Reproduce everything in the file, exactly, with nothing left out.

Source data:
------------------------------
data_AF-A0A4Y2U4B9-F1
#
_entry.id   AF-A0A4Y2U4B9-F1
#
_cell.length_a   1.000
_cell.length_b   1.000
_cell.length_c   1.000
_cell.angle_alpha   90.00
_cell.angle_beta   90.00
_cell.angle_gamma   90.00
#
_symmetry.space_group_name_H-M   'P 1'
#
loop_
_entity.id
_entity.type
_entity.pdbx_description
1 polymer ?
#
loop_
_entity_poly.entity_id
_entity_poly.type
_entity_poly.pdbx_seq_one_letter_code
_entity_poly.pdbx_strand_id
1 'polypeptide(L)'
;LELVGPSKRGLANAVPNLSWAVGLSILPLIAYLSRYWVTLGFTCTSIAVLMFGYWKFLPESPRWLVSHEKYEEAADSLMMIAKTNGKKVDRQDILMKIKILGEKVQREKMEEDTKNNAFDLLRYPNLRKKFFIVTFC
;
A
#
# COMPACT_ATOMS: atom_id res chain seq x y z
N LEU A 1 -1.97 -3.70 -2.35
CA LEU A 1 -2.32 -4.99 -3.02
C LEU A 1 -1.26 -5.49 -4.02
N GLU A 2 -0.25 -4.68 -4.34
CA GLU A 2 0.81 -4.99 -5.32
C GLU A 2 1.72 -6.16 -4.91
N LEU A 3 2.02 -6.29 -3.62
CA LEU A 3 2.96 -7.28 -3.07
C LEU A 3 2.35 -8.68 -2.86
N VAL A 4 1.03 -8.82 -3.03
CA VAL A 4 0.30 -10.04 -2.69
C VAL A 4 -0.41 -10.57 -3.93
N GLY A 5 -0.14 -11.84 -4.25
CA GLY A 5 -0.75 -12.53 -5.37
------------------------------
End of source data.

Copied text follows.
data_AF-A0A4Y2U4B9-F1
#
_entry.id   AF-A0A4Y2U4B9-F1
#
_cell.length_a   1.000
_cell.length_b   1.000
_cell.length_c   1.000
_cell.angle_alpha   90.00
_cell.angle_beta   90.00
_cell.angle_gamma   90.00
#
_symmetry.space_group_name_H-M   'P 1'
#
loop_
_entity.id
_entity.type
_entity.pdbx_description
1 polymer ?
#
loop_
_entity_poly.entity_id
_entity_poly.type
_entity_poly.pdbx_seq_one_letter_code
_entity_poly.pdbx_strand_id
1 'polypeptide(L)'
;LELVGPSKRGLANAVPNLSWAVGLSILPLIAYLSRYWVTLGFTCTSIAVLMFGYWKFLPESPRWLVSHEKYEEAADSLMMIAKTNGKKVDRQDILMKIKILGEKVQREKMEEDTKNNAFDLLRYPNLRKKFFIVTFC
;
A
#
# COMPACT_ATOMS: atom_id res chain seq x y z
N LEU A 1 -1.97 -3.70 -2.35
CA LEU A 1 -2.32 -4.99 -3.02
C LEU A 1 -1.26 -5.49 -4.02
N GLU A 2 -0.25 -4.68 -4.34
CA GLU A 2 0.81 -4.99 -5.32
C GLU A 2 1.72 -6.16 -4.91
N LEU A 3 2.02 -6.29 -3.62
CA LEU A 3 2.96 -7.28 -3.07
C LEU A 3 2.35 -8.68 -2.86
N VAL A 4 1.03 -8.82 -3.03
CA VAL A 4 0.30 -10.04 -2.69
C VAL A 4 -0.41 -10.57 -3.93
N GLY A 5 -0.14 -11.84 -4.25
CA GLY A 5 -0.75 -12.53 -5.37